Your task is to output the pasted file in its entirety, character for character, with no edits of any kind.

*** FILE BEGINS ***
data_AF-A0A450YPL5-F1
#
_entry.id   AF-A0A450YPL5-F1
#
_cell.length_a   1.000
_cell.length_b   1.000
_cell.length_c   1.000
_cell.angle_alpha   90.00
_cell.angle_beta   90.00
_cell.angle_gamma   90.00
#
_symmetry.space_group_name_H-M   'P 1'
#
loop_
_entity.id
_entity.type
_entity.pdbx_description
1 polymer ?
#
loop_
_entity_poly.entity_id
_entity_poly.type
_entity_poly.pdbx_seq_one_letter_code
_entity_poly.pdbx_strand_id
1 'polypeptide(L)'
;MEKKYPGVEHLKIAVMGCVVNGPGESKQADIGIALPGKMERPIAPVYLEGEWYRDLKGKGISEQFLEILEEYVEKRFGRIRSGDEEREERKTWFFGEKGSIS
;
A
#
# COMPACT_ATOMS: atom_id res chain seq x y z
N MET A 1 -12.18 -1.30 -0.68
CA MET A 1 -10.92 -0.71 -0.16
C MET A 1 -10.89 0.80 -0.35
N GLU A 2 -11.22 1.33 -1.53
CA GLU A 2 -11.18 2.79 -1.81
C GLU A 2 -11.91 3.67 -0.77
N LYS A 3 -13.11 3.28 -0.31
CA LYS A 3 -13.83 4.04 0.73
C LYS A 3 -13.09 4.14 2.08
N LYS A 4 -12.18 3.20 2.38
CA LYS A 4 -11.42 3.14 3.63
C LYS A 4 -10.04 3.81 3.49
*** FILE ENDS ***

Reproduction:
data_AF-A0A450YPL5-F1
#
_entry.id   AF-A0A450YPL5-F1
#
_cell.length_a   1.000
_cell.length_b   1.000
_cell.length_c   1.000
_cell.angle_alpha   90.00
_cell.angle_beta   90.00
_cell.angle_gamma   90.00
#
_symmetry.space_group_name_H-M   'P 1'
#
loop_
_entity.id
_entity.type
_entity.pdbx_description
1 polymer ?
#
loop_
_entity_poly.entity_id
_entity_poly.type
_entity_poly.pdbx_seq_one_letter_code
_entity_poly.pdbx_strand_id
1 'polypeptide(L)'
;MEKKYPGVEHLKIAVMGCVVNGPGESKQADIGIALPGKMERPIAPVYLEGEWYRDLKGKGISEQFLEILEEYVEKRFGRIRSGDEEREERKTWFFGEKGSIS
;
A
#
# COMPACT_ATOMS: atom_id res chain seq x y z
N MET A 1 -12.18 -1.30 -0.68
CA MET A 1 -10.92 -0.71 -0.16
C MET A 1 -10.89 0.80 -0.35
N GLU A 2 -11.22 1.33 -1.53
CA GLU A 2 -11.18 2.79 -1.81
C GLU A 2 -11.91 3.67 -0.77
N LYS A 3 -13.11 3.28 -0.31
CA LYS A 3 -13.83 4.04 0.73
C LYS A 3 -13.09 4.14 2.08
N LYS A 4 -12.18 3.20 2.38
CA LYS A 4 -11.42 3.14 3.63
C LYS A 4 -10.04 3.81 3.49